Electrical Compliance Certificate

Owners of properties are required to obtain an Electrical Compliance Certificate when selling a property.  The cost of obtaining the certificate and paying for the costs of any repairs required is for the seller’s account unless the obligation is shifted to the purchaser by way of agreement.

This requirement is set out in the Occupational Health and Safety Act.  In general, each ‘user’ or ‘lessor’ must have a valid electrical certificate. Although regulations refer to ‘user’/’lessor’ and not ‘owner’, the description of user/lessor necessarily incorporates the owner of the electrical installation who will also be the owner of the land.

It is to be noted that only registered electrical contractors may perform electrical work and issue the certificates.

In respect of property transfers, the regulations prescribe as follows:

  • It is obligatory to obtain an electrical certificate where ownership changes; and
  • Save where there is a valid certificate in place that is (1) not older than 2 years, and (2) there were no alterations to the installation since the issue of the current certificate, a new certificate is NOT required for purposes of transfer. The seller can then hand the current certificate to the purchaser.

Parties may nonetheless agree that a new certificate must be provided, even where the current certificate is less than 2 years old and no alterations or additions to the installation have taken place (which is often the case in many standard Offers to Purchase).

 

Electrical Fence Certificate

The Electrical Fence Certificate is governed by the Electrical Machinery Regulations in terms of the Occupational Health and Safety Act to ensure that the installation is safe.

The certificate is required if:

  • there is a change in ownership of a property after 1 October 2012 at which property there is an electric fence; or
  • there was no change of ownership but there has been an alteration or modification to an electric fence after 1 October 2012, even if it was installed before 1 October 2012.

The legislation does not mention the certificate being valid for a fixed period and once obtained it can be transferred from one owner to the next provided there were no alterations to the installation after the certificate was issued.

The OHSA does not specify regulations for electric fencing in respect of sectional title schemes or estates managed by home owners associations. However, it appears to be practical for HOAs or bodies corporate to have a certificate issued for the entire electric fence installation which can

 

Gas Compliance Certificate

Pressure Equipment Regulations were also promulgated under the Occupational Health and Safety Act (effective October 2009), which brought gas appliances installed in properties more or less in line with electrical installations.

  • From 1 October 2009, it is required that any person installing a liquid gas appliance at a property must have a Certificate of Conformity issued in respect thereof.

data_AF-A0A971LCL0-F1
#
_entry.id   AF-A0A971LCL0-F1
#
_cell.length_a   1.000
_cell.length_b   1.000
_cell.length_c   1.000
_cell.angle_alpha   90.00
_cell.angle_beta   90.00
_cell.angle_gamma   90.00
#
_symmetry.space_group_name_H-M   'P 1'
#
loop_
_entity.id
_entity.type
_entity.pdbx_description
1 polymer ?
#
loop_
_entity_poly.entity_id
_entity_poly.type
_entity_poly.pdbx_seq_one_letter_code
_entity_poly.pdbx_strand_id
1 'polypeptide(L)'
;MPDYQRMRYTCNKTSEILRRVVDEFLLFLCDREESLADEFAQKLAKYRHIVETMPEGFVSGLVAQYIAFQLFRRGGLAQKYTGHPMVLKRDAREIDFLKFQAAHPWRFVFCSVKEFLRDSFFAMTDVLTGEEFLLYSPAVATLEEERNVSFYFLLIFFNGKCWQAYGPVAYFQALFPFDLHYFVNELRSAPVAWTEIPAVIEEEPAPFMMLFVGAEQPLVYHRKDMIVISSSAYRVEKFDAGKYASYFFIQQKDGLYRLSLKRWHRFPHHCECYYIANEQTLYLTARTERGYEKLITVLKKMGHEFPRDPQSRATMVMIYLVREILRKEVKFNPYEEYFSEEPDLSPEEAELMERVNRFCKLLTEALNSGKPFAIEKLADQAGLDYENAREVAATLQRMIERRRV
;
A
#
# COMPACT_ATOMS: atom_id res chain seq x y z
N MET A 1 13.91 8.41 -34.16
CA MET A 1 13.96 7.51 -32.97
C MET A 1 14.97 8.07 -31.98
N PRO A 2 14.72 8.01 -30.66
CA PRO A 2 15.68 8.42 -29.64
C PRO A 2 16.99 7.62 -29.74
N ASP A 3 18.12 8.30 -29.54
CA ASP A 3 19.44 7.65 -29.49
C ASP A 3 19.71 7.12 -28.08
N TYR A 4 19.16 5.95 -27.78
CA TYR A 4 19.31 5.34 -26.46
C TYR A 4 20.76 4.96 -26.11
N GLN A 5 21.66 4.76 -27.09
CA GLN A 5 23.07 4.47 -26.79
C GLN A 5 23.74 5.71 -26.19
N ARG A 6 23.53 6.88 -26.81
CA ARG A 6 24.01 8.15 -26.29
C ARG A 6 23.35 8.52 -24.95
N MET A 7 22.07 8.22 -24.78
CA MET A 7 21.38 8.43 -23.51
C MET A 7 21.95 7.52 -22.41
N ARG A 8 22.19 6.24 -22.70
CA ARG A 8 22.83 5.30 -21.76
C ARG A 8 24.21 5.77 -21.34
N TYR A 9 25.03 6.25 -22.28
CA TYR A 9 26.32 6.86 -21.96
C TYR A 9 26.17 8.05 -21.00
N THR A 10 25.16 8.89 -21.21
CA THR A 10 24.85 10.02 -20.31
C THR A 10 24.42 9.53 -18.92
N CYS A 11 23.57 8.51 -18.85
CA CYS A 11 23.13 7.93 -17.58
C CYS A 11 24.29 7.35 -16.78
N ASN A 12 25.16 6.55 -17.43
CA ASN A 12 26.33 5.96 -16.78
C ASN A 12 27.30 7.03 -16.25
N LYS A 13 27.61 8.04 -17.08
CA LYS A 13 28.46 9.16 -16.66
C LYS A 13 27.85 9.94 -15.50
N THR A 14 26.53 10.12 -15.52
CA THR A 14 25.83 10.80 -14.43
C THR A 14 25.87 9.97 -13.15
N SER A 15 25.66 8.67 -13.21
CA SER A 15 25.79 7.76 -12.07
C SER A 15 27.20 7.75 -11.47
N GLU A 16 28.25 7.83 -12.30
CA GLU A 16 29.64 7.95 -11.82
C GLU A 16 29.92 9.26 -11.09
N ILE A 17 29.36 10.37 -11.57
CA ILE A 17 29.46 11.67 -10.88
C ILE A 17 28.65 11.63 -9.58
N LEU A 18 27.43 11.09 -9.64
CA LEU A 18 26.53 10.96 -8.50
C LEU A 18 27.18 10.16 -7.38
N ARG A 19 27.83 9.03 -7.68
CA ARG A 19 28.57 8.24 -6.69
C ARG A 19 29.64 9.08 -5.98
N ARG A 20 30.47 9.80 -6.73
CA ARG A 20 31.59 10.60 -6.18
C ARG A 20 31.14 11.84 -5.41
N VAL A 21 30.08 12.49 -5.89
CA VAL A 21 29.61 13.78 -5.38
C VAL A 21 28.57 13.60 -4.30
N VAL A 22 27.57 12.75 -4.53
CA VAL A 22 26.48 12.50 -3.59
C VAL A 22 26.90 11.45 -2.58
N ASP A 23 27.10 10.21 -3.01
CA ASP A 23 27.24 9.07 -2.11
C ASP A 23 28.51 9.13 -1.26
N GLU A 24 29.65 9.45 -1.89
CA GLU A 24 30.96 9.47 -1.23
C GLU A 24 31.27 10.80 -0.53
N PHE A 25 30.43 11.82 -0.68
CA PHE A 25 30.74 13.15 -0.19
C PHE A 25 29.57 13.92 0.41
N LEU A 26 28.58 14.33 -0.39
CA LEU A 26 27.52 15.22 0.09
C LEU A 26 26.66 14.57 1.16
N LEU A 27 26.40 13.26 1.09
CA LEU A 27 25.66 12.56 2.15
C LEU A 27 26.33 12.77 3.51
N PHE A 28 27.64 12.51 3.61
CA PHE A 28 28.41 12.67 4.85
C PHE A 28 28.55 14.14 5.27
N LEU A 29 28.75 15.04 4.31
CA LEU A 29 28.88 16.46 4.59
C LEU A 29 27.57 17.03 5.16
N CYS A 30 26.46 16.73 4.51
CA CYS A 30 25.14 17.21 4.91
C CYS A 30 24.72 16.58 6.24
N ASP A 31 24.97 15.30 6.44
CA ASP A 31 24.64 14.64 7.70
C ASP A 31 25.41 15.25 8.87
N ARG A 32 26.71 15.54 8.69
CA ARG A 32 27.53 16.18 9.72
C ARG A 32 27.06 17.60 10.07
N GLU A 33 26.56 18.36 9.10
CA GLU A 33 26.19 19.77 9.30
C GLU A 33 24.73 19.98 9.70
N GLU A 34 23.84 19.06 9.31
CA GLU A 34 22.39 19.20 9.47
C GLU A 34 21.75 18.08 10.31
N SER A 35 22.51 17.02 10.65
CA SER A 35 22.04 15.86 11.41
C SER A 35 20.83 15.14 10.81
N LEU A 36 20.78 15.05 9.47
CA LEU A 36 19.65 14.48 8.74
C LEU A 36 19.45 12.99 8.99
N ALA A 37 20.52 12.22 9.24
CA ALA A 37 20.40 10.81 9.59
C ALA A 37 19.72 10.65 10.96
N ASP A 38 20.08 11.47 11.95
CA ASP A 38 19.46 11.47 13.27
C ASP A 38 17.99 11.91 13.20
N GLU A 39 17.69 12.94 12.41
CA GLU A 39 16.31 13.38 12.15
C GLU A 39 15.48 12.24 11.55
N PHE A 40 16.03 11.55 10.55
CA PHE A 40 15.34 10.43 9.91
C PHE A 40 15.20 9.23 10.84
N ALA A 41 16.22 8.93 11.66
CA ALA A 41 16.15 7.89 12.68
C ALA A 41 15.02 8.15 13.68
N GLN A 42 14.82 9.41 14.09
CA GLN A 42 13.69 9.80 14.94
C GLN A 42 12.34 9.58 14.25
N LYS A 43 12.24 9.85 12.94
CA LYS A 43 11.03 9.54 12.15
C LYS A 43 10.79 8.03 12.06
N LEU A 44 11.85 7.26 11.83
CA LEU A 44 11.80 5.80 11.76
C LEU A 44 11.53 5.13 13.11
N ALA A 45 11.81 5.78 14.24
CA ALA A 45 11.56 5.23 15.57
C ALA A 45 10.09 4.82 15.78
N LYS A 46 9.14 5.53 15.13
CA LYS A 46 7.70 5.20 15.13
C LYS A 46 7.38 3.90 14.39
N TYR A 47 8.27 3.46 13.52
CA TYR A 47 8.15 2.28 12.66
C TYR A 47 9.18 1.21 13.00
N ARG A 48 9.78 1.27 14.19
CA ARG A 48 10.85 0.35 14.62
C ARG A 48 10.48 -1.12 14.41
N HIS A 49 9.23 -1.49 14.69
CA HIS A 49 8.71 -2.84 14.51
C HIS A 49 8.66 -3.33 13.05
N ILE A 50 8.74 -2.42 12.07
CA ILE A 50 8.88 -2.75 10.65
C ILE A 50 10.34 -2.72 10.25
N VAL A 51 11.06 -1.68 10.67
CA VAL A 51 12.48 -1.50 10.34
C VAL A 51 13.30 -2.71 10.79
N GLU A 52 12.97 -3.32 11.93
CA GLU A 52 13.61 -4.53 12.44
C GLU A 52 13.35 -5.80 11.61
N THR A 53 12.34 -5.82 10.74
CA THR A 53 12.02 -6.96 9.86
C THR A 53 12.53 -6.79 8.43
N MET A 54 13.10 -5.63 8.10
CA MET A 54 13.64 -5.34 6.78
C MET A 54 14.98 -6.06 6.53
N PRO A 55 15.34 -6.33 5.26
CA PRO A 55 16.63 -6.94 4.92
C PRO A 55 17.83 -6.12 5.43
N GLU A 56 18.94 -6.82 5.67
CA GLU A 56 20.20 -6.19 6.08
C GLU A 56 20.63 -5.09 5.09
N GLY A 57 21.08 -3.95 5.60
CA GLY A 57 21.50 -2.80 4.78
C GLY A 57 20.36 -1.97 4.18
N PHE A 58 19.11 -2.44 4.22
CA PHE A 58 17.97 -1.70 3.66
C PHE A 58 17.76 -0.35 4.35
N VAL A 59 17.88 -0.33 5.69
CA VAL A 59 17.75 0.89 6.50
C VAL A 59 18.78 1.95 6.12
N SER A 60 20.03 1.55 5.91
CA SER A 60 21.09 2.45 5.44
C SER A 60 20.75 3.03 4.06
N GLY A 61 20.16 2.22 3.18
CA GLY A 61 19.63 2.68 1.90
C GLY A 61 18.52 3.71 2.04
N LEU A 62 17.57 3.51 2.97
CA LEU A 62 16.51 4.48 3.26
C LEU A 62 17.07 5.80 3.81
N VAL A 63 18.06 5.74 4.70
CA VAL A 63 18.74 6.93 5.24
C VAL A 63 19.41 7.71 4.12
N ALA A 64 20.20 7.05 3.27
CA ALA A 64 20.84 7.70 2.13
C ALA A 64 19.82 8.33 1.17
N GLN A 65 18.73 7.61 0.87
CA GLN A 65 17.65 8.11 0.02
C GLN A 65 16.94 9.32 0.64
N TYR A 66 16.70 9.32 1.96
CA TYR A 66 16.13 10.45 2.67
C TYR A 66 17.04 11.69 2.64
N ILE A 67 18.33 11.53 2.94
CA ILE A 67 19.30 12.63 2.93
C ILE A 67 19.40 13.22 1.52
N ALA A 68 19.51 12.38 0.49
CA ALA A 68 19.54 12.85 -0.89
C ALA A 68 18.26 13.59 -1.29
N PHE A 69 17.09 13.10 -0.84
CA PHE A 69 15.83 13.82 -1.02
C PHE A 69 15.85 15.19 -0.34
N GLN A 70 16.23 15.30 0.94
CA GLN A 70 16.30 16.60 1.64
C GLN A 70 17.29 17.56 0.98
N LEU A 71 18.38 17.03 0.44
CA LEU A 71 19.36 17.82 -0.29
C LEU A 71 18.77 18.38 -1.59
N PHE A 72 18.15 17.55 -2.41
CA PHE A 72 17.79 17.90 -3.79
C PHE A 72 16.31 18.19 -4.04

• The certificate may only be issued by an authorised person registered as such with the Liquified Petroleum Gas Safety Association of Southern Africa (LPGAS), after he has inspected the installation and is satisfied that it is safe, and leak free.
  • Gas installations for which certificates of conformity are required would include built-in gas fires or braais, gas stoves, hot water systems and the like.
  • Furthermore, in terms of Regulation 17(3) of the Pressure Equipment Regulations, the law speaks of a certificate being required after any installation, alteration, modification or change of ownership of property which necessarily implies that a certificate would need to be in place or issued upon the transfer of a property.
  • The parties cannot contract out of it – it is required in respect of all properties where there is a gas installation, whether the owner lives there, rents out the property or whether it is vacant or stands empty for most of the year.
  • Unlike electrical certificates, there is no mention of how long the certificate is valid for once issued in the legislation although many standard offers to purchase will put a time frame on how old the certificate that is provided may be (usually two years).
  • Ordinarily in terms of the offers to purchase there will be an obligation placed on a seller to obtain the certificate prior to transfer for delivery to the purchaser after transfer. As with the other certificates, it is always better for the inspection and any remedial work to be carried out prior to the date of occupation by the purchaser and even earlier due to bank and bond requirements, as mentioned before.

It is always recommended that sellers do their inspections at the listing stage and then they will know what they are in for in terms of repairs. In addition, although it is usually required that the seller should provide the purchaser with the certificate by no later than the date of transfer, it is best that the inspection and remedial work is at least done before occupation by the purchaser and better still even earlier, as most banks now request a copy for purposes of clearance of the bond for lodgement.